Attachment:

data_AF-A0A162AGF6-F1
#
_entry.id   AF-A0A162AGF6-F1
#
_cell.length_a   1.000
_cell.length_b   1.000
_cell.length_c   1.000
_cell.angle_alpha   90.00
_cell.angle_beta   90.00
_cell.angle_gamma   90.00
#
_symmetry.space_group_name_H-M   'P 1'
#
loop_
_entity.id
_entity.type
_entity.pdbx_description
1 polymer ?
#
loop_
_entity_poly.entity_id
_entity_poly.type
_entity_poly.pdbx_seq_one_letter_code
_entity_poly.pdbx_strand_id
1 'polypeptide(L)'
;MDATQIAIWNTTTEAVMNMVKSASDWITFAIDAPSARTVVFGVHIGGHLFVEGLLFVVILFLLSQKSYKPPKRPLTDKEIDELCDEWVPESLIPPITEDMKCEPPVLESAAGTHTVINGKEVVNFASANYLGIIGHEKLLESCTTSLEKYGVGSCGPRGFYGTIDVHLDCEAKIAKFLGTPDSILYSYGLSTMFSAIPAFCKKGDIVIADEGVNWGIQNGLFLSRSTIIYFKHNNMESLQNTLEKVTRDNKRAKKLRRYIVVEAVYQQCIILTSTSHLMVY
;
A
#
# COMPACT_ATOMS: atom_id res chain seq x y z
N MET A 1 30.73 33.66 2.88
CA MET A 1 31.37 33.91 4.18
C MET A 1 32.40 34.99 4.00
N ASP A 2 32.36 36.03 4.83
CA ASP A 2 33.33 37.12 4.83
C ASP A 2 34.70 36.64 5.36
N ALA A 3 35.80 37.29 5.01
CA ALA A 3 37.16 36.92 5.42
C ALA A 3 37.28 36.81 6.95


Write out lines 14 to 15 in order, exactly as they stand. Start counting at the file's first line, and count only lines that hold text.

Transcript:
loop_
_entity.id